Q: Are you convinced that the big white dog would have been able to comfort her?

A: Absolutely. But he is with us in spirit. And in hair. 

Monday, May 19, 2014

baby delights and my enormous thighs

Every minute spent on this blog has a soundtrack of TYPE FASTER; THE BABY IS STIRRING, in the manner of SWIM FASTER; THE KRAKEN IS RISING. So revisions are tending not to happen, and you're getting just my stream-of-consciousness and its attendant excessive parentheses here. Lucky you!

Perdita's not, by any means, always screaming when she's awake; sometimes she just lies there with her huge eyes open, happily looking around or eating her hands. I actually feel the guiltiest about neglecting her during those times, because I should be shoving educational toys in her face or singing her counting songs in Spanish, even though it's clear she's perfectly content to stare at me or the dog or the wireless router (we finally figured out that one of her swings calms her not because of the swinging, or the mobile, or the various sound effects, but because from it she can see the blinking lights on the router and they hypnotize her). And she knows very well I am not the singer in the family (or the Spanish-speaker, for that matter). 

I have twenty pounds to lose, and am being as rational and self-caring about that as you can imagine: in other words, a lunatic. I am eating normally, because I will hopefully never be insane enough to not know that adding hunger to hormones, and sleep deprivation, and an occasionally inconsolable infant, and the discombobulating experience of not having been to my job in a month, is the shortest route to sobbing in the fetal position on the bathroom floor (okay, maybe not there, since housecleaning has sufficiently fallen by the wayside that you could probably contract polio from our bathmat at this point). But when I went to the Chain Baby Store yesterday, I looked at the women buying equivalent-sized clothes or diapers to the ones I was buying, and they were all thinner than I, and I hated myself for it. (Berowne pointed out later that someone buying a newborn-sized onesie could, in fact, be buying it as a gift, and not be the person who gave birth to that newborn. This was far too logical for me to accept.)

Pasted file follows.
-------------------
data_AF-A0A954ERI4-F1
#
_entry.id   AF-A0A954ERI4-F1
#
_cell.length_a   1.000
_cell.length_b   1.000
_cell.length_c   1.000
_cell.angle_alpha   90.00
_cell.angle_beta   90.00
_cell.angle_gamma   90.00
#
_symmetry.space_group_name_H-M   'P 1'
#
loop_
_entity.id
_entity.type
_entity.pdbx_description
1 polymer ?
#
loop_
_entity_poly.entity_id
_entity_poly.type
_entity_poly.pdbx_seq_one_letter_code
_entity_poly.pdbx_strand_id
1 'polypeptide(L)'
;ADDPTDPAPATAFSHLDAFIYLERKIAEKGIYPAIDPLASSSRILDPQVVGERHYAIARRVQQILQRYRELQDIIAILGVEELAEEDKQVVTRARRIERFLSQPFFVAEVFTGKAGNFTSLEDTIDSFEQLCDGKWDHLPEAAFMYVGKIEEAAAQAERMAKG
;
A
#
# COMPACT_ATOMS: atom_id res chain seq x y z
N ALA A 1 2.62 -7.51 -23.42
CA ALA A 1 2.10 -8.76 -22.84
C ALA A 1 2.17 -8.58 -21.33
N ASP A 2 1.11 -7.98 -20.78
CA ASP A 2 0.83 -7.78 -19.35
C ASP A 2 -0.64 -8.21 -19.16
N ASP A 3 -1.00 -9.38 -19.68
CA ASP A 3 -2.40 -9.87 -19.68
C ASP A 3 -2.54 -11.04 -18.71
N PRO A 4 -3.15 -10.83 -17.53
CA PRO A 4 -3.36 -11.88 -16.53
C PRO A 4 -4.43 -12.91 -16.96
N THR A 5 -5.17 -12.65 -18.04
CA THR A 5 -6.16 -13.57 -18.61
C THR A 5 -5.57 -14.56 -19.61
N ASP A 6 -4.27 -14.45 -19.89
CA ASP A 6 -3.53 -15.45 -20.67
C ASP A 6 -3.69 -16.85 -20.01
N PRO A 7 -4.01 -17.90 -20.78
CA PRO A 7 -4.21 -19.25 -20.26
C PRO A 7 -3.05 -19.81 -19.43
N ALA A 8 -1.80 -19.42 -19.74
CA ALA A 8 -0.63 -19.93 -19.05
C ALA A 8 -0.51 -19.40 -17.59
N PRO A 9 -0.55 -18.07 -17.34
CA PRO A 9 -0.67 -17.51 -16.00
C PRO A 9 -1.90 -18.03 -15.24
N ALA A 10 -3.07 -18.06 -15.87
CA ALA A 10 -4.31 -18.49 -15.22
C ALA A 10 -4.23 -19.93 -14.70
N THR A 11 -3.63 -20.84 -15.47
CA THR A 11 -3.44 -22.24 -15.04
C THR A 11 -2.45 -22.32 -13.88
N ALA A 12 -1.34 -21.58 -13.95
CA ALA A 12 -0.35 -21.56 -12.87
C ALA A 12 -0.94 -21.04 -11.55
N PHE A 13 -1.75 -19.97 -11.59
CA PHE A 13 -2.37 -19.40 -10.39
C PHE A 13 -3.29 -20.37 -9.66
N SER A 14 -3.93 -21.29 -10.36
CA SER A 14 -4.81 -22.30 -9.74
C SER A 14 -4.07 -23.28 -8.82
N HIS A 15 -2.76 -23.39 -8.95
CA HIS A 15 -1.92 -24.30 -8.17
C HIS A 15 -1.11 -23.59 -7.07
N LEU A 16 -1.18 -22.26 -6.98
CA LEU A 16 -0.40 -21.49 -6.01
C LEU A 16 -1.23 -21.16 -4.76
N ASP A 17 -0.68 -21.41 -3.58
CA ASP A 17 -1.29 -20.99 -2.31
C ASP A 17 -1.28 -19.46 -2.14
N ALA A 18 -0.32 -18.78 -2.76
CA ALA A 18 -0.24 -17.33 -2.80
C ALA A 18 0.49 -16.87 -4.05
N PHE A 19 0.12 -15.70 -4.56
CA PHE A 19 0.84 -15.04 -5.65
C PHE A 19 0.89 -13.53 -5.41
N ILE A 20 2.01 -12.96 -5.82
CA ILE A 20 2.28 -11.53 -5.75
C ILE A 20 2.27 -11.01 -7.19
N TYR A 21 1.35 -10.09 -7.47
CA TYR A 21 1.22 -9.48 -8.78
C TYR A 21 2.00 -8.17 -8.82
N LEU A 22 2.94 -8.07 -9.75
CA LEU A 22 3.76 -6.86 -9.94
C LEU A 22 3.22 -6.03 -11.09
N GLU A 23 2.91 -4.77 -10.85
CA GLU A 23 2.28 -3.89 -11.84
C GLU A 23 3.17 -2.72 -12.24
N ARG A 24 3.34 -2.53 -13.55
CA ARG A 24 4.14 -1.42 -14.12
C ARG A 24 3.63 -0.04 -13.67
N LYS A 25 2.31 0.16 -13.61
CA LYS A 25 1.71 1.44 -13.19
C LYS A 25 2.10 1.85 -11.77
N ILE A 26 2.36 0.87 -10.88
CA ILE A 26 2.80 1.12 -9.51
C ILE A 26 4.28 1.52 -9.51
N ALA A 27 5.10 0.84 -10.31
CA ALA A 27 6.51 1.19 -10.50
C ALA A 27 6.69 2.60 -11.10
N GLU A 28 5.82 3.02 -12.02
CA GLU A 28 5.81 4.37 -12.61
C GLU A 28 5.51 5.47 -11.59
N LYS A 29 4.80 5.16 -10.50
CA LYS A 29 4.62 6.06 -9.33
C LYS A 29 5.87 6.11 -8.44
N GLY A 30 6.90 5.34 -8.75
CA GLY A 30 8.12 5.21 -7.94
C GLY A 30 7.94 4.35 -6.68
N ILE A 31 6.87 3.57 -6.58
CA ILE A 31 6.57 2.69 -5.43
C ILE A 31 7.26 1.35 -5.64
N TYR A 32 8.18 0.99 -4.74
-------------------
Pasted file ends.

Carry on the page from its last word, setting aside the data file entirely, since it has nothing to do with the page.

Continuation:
(Yes, although we keep her in cloth at home, we use paper diapers overnight and when we take her places. And we are still supplementing my breastfeeding and pumping with formula. We're monsters and they should take her away!)

The twenty pounds is especially frustrating because it's largely not in the belly (that's actually shrinking pretty quickly): it's in my thighs, hips, butt, and love handles, meaning that I can't wear any pre-pregnancy pants yet. And I know that all of you are saying, "Well, of course you aren't your old pants size at four weeks postpartum; have some damn patience, lady," but I'm so discouraged by still wearing maternity jeans or yoga pants all the time. And I can't afford a whole new wardrobe, so I need to be able to fit into my old work clothes by early July, when I go back to the office. 

I know, I know: this body grew a person! It's amazing and beautiful and should be honored! On the other hand: I am wearing yoga pants in public. I have enough love for working out and for symbolic transformations in general that I honestly think I'd be excited about a twenty-pound challenge, in a weird way (for a couple years pre-pregnancy, I was exercising to maintain, and it got a little boring), if only it were distributed differently enough that I had wider wardrobe options in the meantime. But such is the nature of the beast, and I'll manage. 

She is wonderful, and this experience is wonderful, and Berowne is wonderful - I knew that already, but going though pregnancy and labor with him by my side, and watching him with our daughter, have made me love and appreciate him even more. We make a good team. 

The books:

It Sucked and Then I Cried: How I Had a Baby, a Breakdown, and a Much Needed Margarita, by Heather Armstrong. I used to enjoy Armstrong's blog ( about five years ago, before it became all about home decor and how much money she has and how many people work for her (lately it has been, even more unfortunately, about her "paleo" diet, which she proselytizes fanatically), and before her sense of humor became repetitive. I decided to check out her book about postpartum depression, because it's from seven or eight years back and so might be interesting. Her depression and breakdown, despite the title, are only addressed in about two chapters of the book, and I found that I quite liked the book as a whole, possibly because her experiences of pregnancy and labor were exactly like mine (huge, uncomfortable, infuriated by "radiant pregnancy" tropes; induced, epidural, episiotomy) and she was funny as hell about those things. I whipped through it in the brief breaks from the baby screaming, alone with her on a Friday night (Berowne's band had a show), and it was the perfect mix of solidarity and humor to get me through the evening.

Gracefully Insane: Life and Death Inside America's Premier Mental Hospital, by Alex Beam. A history of Massachusetts' McLean Hospital and of the trends in mental health care throughout the centuries. Fairly interesting but not overly memorable.

Weekends at Bellevue: Nine Years on the Night Shift at the Psych ER, by Julie Holland. Too much about Holland, who is pretty smug, and not enough about actually working at Bellevue. Also her writing is nothing special.